The lower door is where the rocket exhaust would flow into the blast pit during initial launch. The upper doors would vent the rocket so the erector and other equipment in the building would not be (as) damaged.
The top three floors were removed from the top of the Temple Opera Block (right). If you have a sharp eye, you can see the outlines of some of the old floors on the shared wall of the Orpheum (left). For a time, the front of the building held a bus stop.
A typical dwelling in San Luis. I could not tell if it was occupied, but most of the town is abandoned.
There are 700 of these storage bunkers. Their design was to funnel explosions upward, rather than toward other buildings, to minimize secondary explosions.
On the National Mine property are two shafts, both serving the same workings. This one seems to have gotten some upgrades in the 1960s, judging from the condition of the metal.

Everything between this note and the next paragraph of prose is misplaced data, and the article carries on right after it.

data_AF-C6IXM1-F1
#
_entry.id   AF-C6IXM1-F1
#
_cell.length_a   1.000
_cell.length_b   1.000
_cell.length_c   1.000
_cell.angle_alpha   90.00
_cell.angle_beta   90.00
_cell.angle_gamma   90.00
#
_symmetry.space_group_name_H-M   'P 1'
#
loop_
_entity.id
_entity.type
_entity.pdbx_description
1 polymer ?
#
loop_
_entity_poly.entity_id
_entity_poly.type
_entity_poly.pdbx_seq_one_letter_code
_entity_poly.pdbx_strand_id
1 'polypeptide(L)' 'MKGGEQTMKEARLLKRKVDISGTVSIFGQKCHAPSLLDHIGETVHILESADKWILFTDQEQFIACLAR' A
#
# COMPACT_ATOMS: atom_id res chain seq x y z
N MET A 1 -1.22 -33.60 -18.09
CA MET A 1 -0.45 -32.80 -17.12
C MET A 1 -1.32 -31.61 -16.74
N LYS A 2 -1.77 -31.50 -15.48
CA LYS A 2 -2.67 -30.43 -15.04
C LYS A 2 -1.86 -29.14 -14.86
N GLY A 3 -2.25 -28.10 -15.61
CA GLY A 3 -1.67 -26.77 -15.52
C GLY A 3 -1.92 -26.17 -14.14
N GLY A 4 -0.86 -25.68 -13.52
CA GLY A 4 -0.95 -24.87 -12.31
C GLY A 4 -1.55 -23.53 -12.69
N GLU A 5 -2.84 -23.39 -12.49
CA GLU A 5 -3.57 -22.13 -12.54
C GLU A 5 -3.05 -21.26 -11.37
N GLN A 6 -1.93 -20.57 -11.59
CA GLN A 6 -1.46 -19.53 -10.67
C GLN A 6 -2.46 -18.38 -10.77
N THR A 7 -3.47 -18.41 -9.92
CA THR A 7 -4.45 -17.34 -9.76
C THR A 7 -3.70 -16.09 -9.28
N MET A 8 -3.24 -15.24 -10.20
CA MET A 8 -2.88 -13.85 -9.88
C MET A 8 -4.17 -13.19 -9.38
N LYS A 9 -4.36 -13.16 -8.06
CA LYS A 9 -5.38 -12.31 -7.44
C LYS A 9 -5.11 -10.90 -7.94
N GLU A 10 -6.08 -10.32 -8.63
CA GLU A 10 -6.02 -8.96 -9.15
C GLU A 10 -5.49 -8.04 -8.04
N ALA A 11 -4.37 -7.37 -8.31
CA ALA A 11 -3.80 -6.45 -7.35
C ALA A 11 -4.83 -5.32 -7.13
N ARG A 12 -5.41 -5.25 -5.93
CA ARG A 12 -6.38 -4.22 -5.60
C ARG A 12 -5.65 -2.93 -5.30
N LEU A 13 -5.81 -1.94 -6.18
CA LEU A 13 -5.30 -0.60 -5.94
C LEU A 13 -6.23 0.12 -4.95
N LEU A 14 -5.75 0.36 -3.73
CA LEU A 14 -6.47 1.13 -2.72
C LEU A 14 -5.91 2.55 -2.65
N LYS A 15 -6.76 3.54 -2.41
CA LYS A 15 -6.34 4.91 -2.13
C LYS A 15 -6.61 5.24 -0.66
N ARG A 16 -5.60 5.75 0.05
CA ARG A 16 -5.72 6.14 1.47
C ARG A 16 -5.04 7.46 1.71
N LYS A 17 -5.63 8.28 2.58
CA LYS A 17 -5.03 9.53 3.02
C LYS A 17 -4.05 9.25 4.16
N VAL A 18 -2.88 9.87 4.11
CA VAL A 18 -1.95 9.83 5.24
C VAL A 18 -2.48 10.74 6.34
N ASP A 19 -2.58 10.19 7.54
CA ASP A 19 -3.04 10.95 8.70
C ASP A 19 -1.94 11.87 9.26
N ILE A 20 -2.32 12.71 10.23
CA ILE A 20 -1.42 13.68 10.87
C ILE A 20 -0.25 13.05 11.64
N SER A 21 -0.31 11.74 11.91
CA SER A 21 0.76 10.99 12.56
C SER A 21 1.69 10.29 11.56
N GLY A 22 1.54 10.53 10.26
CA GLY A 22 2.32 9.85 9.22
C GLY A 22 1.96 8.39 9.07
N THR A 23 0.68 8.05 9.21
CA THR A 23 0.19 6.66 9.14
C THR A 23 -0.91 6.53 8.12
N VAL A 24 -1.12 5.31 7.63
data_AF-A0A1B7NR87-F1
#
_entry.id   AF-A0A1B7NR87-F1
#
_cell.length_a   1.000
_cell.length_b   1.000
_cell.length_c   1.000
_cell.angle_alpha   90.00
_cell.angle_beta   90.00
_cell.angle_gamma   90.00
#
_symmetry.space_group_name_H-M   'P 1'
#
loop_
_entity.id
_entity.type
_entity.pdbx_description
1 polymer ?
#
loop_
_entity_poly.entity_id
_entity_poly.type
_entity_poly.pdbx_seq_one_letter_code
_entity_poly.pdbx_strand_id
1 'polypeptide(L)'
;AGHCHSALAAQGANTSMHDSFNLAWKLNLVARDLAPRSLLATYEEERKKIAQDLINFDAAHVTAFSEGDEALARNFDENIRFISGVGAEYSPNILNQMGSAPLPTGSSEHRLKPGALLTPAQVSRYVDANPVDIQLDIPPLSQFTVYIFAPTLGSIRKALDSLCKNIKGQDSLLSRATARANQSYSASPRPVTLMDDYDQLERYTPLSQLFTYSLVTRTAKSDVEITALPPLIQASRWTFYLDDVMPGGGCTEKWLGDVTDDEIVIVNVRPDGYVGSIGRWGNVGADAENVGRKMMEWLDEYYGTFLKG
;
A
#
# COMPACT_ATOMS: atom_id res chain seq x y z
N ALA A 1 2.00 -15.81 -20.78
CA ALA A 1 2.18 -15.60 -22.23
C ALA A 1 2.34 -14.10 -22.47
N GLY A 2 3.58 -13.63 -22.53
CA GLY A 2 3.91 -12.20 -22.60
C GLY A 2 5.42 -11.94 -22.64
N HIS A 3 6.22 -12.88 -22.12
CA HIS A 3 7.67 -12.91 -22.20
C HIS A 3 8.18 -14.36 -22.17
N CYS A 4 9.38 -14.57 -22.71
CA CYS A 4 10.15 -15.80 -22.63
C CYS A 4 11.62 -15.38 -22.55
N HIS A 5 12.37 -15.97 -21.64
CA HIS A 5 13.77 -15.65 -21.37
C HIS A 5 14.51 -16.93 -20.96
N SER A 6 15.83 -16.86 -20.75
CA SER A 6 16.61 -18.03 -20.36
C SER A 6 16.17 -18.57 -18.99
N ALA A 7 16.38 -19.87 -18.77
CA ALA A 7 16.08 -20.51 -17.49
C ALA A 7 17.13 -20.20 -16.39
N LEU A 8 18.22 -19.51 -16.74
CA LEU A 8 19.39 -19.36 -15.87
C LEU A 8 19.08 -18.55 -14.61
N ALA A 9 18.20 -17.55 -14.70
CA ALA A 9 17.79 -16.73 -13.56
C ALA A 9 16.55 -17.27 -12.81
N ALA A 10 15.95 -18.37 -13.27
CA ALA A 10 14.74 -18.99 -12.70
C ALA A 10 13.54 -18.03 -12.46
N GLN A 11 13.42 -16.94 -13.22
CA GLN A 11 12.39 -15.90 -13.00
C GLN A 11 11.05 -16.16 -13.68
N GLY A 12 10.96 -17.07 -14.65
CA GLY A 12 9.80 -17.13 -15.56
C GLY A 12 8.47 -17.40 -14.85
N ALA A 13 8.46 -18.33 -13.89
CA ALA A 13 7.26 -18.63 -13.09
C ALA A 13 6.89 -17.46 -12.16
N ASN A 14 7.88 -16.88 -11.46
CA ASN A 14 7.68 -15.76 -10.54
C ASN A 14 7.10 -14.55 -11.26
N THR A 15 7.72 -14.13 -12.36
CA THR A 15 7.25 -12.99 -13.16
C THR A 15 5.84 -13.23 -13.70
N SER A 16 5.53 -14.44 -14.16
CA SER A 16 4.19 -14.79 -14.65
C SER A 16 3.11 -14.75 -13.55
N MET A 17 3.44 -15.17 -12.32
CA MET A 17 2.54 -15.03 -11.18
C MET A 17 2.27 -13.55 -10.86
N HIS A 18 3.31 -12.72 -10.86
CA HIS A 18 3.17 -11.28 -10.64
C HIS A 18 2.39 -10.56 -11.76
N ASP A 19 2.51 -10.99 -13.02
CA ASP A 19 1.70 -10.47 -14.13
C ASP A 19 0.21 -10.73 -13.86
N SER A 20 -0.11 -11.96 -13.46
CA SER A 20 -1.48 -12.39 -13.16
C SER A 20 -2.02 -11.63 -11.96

Summertime is when Duluth goes to the lakeside to listen to music, visit traveling fairs, and talk to neighbors about the smell of the lake. As seen from the castle walls.
2013. A perfect summer day meets a beautiful old roundhouse on the edge of town.
An unshielded heaframe and single pulley.
A panoramic view of the sintering plant’s gas plant (?). Everyone who visits must get a picture of these rusty smokestacks!